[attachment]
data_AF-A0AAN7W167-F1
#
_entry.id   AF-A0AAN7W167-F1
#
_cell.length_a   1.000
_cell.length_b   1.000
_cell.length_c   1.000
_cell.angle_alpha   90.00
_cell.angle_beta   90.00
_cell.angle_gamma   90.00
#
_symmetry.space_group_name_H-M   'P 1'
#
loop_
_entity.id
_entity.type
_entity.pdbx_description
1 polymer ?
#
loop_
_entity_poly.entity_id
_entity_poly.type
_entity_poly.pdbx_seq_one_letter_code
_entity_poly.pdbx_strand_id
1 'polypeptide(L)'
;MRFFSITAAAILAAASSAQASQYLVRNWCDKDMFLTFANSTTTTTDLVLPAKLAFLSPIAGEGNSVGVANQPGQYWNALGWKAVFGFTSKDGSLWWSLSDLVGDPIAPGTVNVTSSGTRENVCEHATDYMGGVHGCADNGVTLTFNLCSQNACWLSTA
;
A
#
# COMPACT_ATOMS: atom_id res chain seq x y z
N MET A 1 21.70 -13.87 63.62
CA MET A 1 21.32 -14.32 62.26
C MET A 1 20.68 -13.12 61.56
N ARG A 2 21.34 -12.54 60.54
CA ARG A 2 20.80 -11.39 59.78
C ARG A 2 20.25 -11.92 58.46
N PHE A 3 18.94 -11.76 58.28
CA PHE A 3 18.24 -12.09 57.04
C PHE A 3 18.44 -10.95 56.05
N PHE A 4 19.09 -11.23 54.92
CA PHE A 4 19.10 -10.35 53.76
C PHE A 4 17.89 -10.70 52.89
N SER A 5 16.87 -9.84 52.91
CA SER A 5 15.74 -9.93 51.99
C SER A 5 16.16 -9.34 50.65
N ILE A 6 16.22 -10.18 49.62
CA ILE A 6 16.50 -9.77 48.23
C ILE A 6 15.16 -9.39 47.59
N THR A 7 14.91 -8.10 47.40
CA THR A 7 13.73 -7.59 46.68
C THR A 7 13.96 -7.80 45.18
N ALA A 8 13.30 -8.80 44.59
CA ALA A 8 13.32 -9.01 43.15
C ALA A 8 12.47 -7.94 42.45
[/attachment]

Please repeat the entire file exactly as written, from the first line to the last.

data_AF-A0AAN7W167-F1
#
_entry.id   AF-A0AAN7W167-F1
#
_cell.length_a   1.000
_cell.length_b   1.000
_cell.length_c   1.000
_cell.angle_alpha   90.00
_cell.angle_beta   90.00
_cell.angle_gamma   90.00
#
_symmetry.space_group_name_H-M   'P 1'
#
loop_
_entity.id
_entity.type
_entity.pdbx_description
1 polymer ?
#
loop_
_entity_poly.entity_id
_entity_poly.type
_entity_poly.pdbx_seq_one_letter_code
_entity_poly.pdbx_strand_id
1 'polypeptide(L)'
;MRFFSITAAAILAAASSAQASQYLVRNWCDKDMFLTFANSTTTTTDLVLPAKLAFLSPIAGEGNSVGVANQPGQYWNALGWKAVFGFTSKDGSLWWSLSDLVGDPIAPGTVNVTSSGTRENVCEHATDYMGGVHGCADNGVTLTFNLCSQNACWLSTA
;
A
#
# COMPACT_ATOMS: atom_id res chain seq x y z
N MET A 1 21.70 -13.87 63.62
CA MET A 1 21.32 -14.32 62.26
C MET A 1 20.68 -13.12 61.56
N ARG A 2 21.34 -12.54 60.54
CA ARG A 2 20.80 -11.39 59.78
C ARG A 2 20.25 -11.92 58.46
N PHE A 3 18.94 -11.76 58.28
CA PHE A 3 18.24 -12.09 57.04
C PHE A 3 18.44 -10.95 56.05
N PHE A 4 19.09 -11.23 54.92
CA PHE A 4 19.10 -10.35 53.76
C PHE A 4 17.89 -10.70 52.89
N SER A 5 16.87 -9.84 52.91
CA SER A 5 15.74 -9.93 51.99
C SER A 5 16.16 -9.34 50.65
N ILE A 6 16.22 -10.18 49.62
CA ILE A 6 16.50 -9.77 48.23
C ILE A 6 15.16 -9.39 47.59
N THR A 7 14.91 -8.10 47.40
CA THR A 7 13.73 -7.59 46.68
C THR A 7 13.96 -7.80 45.18
N ALA A 8 13.30 -8.80 44.59
CA ALA A 8 13.32 -9.01 43.15
C ALA A 8 12.47 -7.94 42.45